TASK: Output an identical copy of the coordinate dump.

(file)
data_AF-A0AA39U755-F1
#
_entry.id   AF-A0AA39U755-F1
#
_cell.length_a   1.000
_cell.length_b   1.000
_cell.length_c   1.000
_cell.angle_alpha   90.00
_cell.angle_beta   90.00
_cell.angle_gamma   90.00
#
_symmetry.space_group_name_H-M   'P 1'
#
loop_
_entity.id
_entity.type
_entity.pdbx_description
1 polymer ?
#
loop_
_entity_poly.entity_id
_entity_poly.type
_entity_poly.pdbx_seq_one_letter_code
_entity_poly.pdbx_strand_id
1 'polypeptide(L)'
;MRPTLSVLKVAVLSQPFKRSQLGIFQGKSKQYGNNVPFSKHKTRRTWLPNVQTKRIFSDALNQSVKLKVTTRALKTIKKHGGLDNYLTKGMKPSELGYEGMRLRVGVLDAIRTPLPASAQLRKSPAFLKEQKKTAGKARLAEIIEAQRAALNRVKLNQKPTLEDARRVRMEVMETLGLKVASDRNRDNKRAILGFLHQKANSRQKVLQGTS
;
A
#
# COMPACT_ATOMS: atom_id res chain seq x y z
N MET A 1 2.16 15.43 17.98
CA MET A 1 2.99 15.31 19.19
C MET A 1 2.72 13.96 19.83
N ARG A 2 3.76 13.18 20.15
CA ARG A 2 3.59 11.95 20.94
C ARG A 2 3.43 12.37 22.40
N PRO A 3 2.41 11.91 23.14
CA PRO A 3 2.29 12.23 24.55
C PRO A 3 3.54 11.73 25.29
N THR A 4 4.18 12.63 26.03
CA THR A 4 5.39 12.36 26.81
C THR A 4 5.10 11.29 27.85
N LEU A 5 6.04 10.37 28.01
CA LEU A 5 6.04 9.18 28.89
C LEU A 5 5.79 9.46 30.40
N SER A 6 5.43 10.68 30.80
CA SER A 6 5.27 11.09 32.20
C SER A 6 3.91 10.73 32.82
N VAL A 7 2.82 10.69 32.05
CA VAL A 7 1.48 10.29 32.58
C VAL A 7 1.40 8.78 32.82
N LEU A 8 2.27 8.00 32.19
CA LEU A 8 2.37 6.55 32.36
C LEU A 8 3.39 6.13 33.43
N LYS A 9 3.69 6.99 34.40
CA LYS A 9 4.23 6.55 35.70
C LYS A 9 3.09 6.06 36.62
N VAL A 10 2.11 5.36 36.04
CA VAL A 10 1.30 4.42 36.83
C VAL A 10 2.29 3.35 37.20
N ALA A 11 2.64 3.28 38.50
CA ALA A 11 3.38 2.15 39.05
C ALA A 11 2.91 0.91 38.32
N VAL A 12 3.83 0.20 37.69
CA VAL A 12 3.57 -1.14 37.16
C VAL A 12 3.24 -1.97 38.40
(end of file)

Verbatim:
data_AF-A0AA39U755-F1
#
_entry.id   AF-A0AA39U755-F1
#
_cell.length_a   1.000
_cell.length_b   1.000
_cell.length_c   1.000
_cell.angle_alpha   90.00
_cell.angle_beta   90.00
_cell.angle_gamma   90.00
#
_symmetry.space_group_name_H-M   'P 1'
#
loop_
_entity.id
_entity.type
_entity.pdbx_description
1 polymer ?
#
loop_
_entity_poly.entity_id
_entity_poly.type
_entity_poly.pdbx_seq_one_letter_code
_entity_poly.pdbx_strand_id
1 'polypeptide(L)'
;MRPTLSVLKVAVLSQPFKRSQLGIFQGKSKQYGNNVPFSKHKTRRTWLPNVQTKRIFSDALNQSVKLKVTTRALKTIKKHGGLDNYLTKGMKPSELGYEGMRLRVGVLDAIRTPLPASAQLRKSPAFLKEQKKTAGKARLAEIIEAQRAALNRVKLNQKPTLEDARRVRMEVMETLGLKVASDRNRDNKRAILGFLHQKANSRQKVLQGTS
;
A
#
# COMPACT_ATOMS: atom_id res chain seq x y z
N MET A 1 2.16 15.43 17.98
CA MET A 1 2.99 15.31 19.19
C MET A 1 2.72 13.96 19.83
N ARG A 2 3.76 13.18 20.15
CA ARG A 2 3.59 11.95 20.94
C ARG A 2 3.43 12.37 22.40
N PRO A 3 2.41 11.91 23.14
CA PRO A 3 2.29 12.23 24.55
C PRO A 3 3.54 11.73 25.29
N THR A 4 4.18 12.63 26.03
CA THR A 4 5.39 12.36 26.81
C THR A 4 5.10 11.29 27.85
N LEU A 5 6.04 10.37 28.01
CA LEU A 5 6.04 9.18 28.89
C LEU A 5 5.79 9.46 30.40
N SER A 6 5.43 10.68 30.80
CA SER A 6 5.27 11.09 32.20
C SER A 6 3.91 10.73 32.82
N VAL A 7 2.82 10.69 32.05
CA VAL A 7 1.48 10.29 32.58
C VAL A 7 1.40 8.78 32.82
N LEU A 8 2.27 8.00 32.19
CA LEU A 8 2.37 6.55 32.36
C LEU A 8 3.39 6.13 33.43
N LYS A 9 3.69 6.99 34.40
CA LYS A 9 4.23 6.55 35.70
C LYS A 9 3.09 6.06 36.62
N VAL A 10 2.11 5.36 36.04
CA VAL A 10 1.30 4.42 36.83
C VAL A 10 2.29 3.35 37.20
N ALA A 11 2.64 3.28 38.50
CA ALA A 11 3.38 2.15 39.05
C ALA A 11 2.91 0.91 38.32
N VAL A 12 3.83 0.20 37.69
CA VAL A 12 3.57 -1.14 37.16
C VAL A 12 3.24 -1.97 38.40